One of my favourite movies is Scott Pilgrim vs the World. I’m pretty sure both the movie and the comic book it was based off was written specifically for me because every line and every image appeals to the awesome centre of my brain until it overloads and I will quite happily watch a movie I’ve seen dozens of times on repeat.
I love this movie so much that I even managed to talk my way into doing one of my assignments on it. This was mainly so I could watch the movie again in the name of ‘research’ but there was also serious (cough), almost seemingly (cough) academic stuff going on there (splutter sputter lies cough).
An unreliable narrator is exactly what it sounds like. It’s when your story is narrated by someone who’s, frankly, unreliable so it means that the story you’re being presented with may or may not be the true story. This may be because the narrator simply doesn’t understand what’s going on (this is common when you’ve got a child narrator) or it might be because your narrator is flat-out lying in order to get their point of view or opinions across.
It’s an interesting way to tell a story because it reflects real life in that we often don’t get the true account of things from people. Often they’ll leave out details or their memory will fail them or something will happen and either unintentionally or otherwise, the story will change. Hell, we ourselves are sometimes unreliable narrators because we tend to only take notice of things that we think matters and sometimes get blindsided when that ‘unimportant’ thing comes back to bite us squarely in the behind.
So how is Scott Pilgrim an unreliable narrator?
If you’re unfamiliar with the plot, here’s a quick rundown. Scott is in his early twenties, unemployed and raised on a diet of comics, cartoons and video games. One day he meets Ramona Flowers, a girl who is literally from his dreams. He wants to go out with her but finds out that if they’re going to date he has to defeat her seven evil exes in combat. Then this happens.
It’s okay. Take a minute to blink the sheer awesome out of your eyes. It’s hard when you’re exposed to such a concentrated dose of it. What you just witnessed was pure video game madness, complete with ‘POW’s and ‘WHAMS’ and 8-bit amazingness. Scott is essentially a video game hero who must defeat the seven bosses in order to save the princess. And one of the best parts of it is that it’s played straight. The only time the characters question what’s happening is when the first evil ex breaks into a Bollywood dance number (Which… fair call). The rest of the time it’s just accepted that this is a world where sound effects noises are a thing, bad guys burst into coins when they’re defeated and people gain superpowers if they go vegan.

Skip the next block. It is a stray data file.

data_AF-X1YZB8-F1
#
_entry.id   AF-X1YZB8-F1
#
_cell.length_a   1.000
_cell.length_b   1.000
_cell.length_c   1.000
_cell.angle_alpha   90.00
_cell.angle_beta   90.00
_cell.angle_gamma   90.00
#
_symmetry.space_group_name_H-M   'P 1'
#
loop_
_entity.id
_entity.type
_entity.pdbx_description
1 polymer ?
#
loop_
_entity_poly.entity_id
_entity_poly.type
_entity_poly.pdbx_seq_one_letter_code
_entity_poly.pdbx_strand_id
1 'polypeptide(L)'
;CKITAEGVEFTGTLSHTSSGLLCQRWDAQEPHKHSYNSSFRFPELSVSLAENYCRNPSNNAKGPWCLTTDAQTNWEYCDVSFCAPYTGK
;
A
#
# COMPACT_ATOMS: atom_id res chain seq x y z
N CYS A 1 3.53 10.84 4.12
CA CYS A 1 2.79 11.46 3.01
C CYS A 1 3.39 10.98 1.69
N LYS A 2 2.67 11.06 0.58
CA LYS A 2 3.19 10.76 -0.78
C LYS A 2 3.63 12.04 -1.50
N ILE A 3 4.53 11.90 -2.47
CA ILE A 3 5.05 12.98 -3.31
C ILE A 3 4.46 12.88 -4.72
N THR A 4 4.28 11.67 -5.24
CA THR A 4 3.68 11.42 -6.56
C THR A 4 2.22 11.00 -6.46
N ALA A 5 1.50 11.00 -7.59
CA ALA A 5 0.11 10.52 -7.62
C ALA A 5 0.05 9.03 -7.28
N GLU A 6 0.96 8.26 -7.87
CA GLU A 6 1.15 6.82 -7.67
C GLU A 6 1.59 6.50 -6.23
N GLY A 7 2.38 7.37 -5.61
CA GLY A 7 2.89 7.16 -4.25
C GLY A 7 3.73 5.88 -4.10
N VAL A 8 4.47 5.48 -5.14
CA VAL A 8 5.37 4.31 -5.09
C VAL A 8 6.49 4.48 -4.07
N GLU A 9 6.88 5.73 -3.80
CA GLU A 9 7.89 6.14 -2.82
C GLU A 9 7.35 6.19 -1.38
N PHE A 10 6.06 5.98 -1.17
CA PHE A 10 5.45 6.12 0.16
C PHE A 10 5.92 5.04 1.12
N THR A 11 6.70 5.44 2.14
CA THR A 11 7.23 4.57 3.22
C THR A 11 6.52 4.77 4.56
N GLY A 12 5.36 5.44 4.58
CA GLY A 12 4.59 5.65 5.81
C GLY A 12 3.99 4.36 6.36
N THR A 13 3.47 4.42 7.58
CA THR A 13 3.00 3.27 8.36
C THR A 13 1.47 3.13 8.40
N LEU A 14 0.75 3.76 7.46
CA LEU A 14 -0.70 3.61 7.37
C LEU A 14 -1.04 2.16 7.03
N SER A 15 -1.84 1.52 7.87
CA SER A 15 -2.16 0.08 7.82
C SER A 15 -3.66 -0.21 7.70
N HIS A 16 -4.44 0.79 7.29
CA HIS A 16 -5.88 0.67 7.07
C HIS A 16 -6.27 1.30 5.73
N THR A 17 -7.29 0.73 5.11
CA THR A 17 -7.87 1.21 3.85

And that’s okay. The first (embarrassing) number of times I watched this I just accepted it as being part of the movie’s particular brand of logic. I was happy to go along with it as just being one of those bizarre things that don’t make sense but you’re okay with that.
And then my research turned up that the creator of the masterpieces that are the Scott Pilgrim comics, Bryan Lee O’Malley, actually believes that the events of Scott Pilgrim happen primarily in Scott’s head. Scott has cast himself as the main character in the game that is his life and everything that happens is just an extension of that fantasy.
This means that Scott Pilgrim is actually a movie that’s about some guy who wants to go out with a girl but first has to deal with her baggage and also stop being such a selfish prick.
Needless to say, that’s a movie that I would stay the hell away from. It wouldn’t even rate on my list of worst movies simply because it’s such a bland, overdone concept. But adding in the unreliable narrator who turns his ordinary problems into the levels of a video game? Sheer genius at its finest. It’s taking the mundane moments I chatted about last week and making them awesome through a simple change in perspective. Making the bed is boring but if you have to do so IN ORDER TO SAVE THE WORLD???
Using unreliable narrators can be brilliant. One of the examples I gave up there is The Boy in the Striped Pyjamas by John Boyne. It’s told from the point of view of a little boy, Bruno, whose family has to move for his father’s work. What’s his father’s work, you say? He’s one of the head honchos over at a little place called Auschwitz. You might have heard of it.
Bruno hasn’t. But he’s smart. He listens to people and tries to understand what’s going on but he’s missing something and he just isn’t sure what. Also, there’s a really cool kid on the other side of this big wire fence who he makes friends with but doesn’t understand why he can’t just pop out from behind the fence and play with him.
This unreliable narrator works so well because it plays with the audience’s knowledge of what’s going on. We know what’s happening here. But Bruno? He’s way too young to even begin to understand and he acts and narrates his story accordingly. And that’s great.
The unreliable narrator can also be great when your story is about someone who is morally questionable because nobody is a bad guy in their own head. A story that deals with the difference between what’s happening in a villain’s head and what’s actually happening in the story would be fascinating.
Unreliable narration is a great technique that deals with your story as a story and allows it to mess with ‘reality’ while allowing you give your protagonist more character. Scott Pilgrim is so obsessed with video games and comics that he turned his life into one. Who goes and makes their life into a video game where you have to defeat all of your girlfriend’s exes rather than having to deal with them like an adult? Scott Pilgrim, that’s who. And it’s awesome.